How Two Teachers Saved Their Village & How We’re Helping Others Do the Same

photo of wide river
The Koshi River flows from the Himalayas in Nepal down through the Bihar State of India, where it meets the Ganges.

by
Oct 16, 2013

On the eve of August 18, 2008, Chandra Kant was nervous and uneasy. He had been listening to the radio all day as torrential rain fell on his village — fearful that the worst was yet to come. He knew that if the rainfall did not stop, the nearby river would overflow and flood his village.

At 7:30 p.m., the radio announcer reported that the Koshi River embankment, 32 miles north of his village, had collapsed. Chandra’s worst fear had happened. A science teacher, Chandra knew that there was little time before the floodwaters reached his village. He immediately went to the house of Baldave Mandal, a retired language teacher and asked him to gather everyone in the village for an emergency meeting.

photo of large barrage across river

A Barrage for the Koshi River on the border of India and Nepal. This barrage was built in the 1950s.

In a small village 80 miles southeast of the India-Nepal border, 40 men met that night to discuss their plans to save the village from the coming floodwaters. The villagers had nowhere to go and could not seek refuge in nearby villages, as those villages were also likely to experience flooding. Chandra and Baldave told those in the meeting that they all needed to redirect the floodwaters away from the low-lying areas of their village. The villagers quickly identified vulnerable areas and began creating a sand barrage to re-route the water.

Meanwhile, Chandra monitored the rise of the river. All through the night and into the next day men, women and children hauled sand and built barrages. They tied together pieces of bamboo and straw to form fences and keep silt and water away from their homes.

Two days after hearing the radio report, the river in their village overflowed. The rain hadn’t stopped, and the villagers had to continue to protect their families and homes from the onslaught of mud and water that came. When the rains finally ended, the villagers saw the devastation. Crops destroyed, livestock perished and homes ruined. But everyone survived, thanks to Chandra and Baldave’s quick action and leadership.

Five years after the devastation of the 2008 floods, the governments of India and Nepal rebuilt the Koshi River embankment and developed an early warning system to better prepare communities for and mitigate the impacts of regular flooding along the border.

group of men looking at a map

Chandra Kant reaches past Baldave Mandal to the risk assessment map. The disaster management committee created this map to show specific vulnerable areas in their community.

Many villages along the Koshi River do not have measures that can prepare villagers from future flood disasters, like Chandra and Baldave put into place. While the Indian and Nepali governments are working to reach all communities, the current early warning system does not reach the village level, leaving many people vulnerable.

In response, LWR is increasing the resilience of ten villages in India, through two local partner organizations: Sustainable Environment and Ecological Development Society (SEEDS) and Integrated Development Foundation (IDF).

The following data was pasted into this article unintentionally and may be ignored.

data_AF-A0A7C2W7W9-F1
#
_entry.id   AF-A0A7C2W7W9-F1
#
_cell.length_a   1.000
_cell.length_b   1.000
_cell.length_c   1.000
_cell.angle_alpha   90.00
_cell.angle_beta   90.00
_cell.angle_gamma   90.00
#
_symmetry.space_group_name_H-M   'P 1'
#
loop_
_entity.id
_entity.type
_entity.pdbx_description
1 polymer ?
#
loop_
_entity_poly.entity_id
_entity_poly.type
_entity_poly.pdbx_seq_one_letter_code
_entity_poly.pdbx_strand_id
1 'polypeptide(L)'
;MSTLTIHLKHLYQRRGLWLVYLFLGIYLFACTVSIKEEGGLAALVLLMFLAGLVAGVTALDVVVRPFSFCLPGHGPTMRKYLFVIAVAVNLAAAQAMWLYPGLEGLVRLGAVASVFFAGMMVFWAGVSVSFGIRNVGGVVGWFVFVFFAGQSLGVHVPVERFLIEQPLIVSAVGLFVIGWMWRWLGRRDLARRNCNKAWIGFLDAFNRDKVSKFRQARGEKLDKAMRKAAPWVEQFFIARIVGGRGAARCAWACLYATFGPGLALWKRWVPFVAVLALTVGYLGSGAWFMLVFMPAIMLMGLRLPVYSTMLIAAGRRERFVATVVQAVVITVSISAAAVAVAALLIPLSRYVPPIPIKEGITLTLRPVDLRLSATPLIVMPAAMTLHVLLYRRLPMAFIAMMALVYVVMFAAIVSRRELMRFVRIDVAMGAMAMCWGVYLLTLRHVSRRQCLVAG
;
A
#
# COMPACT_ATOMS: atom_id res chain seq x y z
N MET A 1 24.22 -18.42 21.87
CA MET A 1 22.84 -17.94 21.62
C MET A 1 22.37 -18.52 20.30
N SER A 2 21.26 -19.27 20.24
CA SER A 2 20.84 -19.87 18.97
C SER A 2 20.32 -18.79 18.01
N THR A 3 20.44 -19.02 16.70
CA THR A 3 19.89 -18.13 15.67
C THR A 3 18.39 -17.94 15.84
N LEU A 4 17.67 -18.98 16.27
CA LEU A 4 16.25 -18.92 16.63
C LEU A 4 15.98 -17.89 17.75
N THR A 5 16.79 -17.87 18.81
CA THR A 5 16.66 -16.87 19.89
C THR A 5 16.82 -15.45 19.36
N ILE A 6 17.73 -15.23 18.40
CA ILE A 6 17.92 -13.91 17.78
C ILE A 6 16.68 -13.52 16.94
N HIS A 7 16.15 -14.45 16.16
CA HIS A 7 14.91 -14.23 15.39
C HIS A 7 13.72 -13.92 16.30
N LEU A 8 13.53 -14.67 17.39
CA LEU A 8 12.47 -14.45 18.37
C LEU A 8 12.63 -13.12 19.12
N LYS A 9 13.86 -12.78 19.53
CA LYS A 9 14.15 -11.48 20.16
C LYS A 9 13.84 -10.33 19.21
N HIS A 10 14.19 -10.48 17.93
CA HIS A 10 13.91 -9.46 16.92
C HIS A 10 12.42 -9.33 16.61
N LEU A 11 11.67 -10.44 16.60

The 18-month project is designed to:

  • Establish community-led disaster preparedness systems by improving local plans, creating local reserves of cash and food, and building the communities’ capacity.
  • Foster livelihoods by cultivating flood-resistant crops, reclaiming the water body, planting crops that shield villages from floodwaters, and providing social security insurance.
  • Improve access to government services by establishing two district-level Citizen Forums, and develop plans for community engagement for an effective government service delivery system.
man standing in front of concrete well

Rajesh Kumar Singh is an organic farmer and a leader of the Disaster Management Committee in his village. Through LWR’s project, he has taken the lead in retrofitting a community well to withstand floods and heavy rains.

Chandra chairs the Disaster Management Committee (DMC) in his village, a group of community volunteers who come together to implement the project. In the past four months alone, the DMCs across the ten villages have begun to:

  • Conduct vulnerability assessments and mapping out specific areas where disasters commonly occur;
  • procure bamboo and banana seedlings for planting in villages as a part of a bio-shield to protect villages from floodwaters;
  • form sub-committees with women to manage grain banks, which will serve as food reserves during emergencies;
  • train village farmers on how to plant flood-resilient crops;
  • retrofit water wells and raise them higher to prevent contamination; and
  • meet regularly to share each village’s activities and accomplishments, discuss issues and make decisions.

With LWR’s support, Chandra is hopeful and excited for things to come. He understands that the DMCs are instrumental in building the resilience of his village to disasters. “We are ready and thank LWR for your support!” Chandra exclaimed.

I pass that thanks on to you, who make LWR’s work possible. Please know that your gifts are an investment in better, stronger, more resilient futures for people like Chandra and his community.

Learn more about our disaster risk reduction work and consider a gift that will keep this work going!

is Lutheran World Relief's Grant Manager for Asia & the Middle East

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Categories: Asia, Climate, Countries, Emergency Response, India, Nepal, Water
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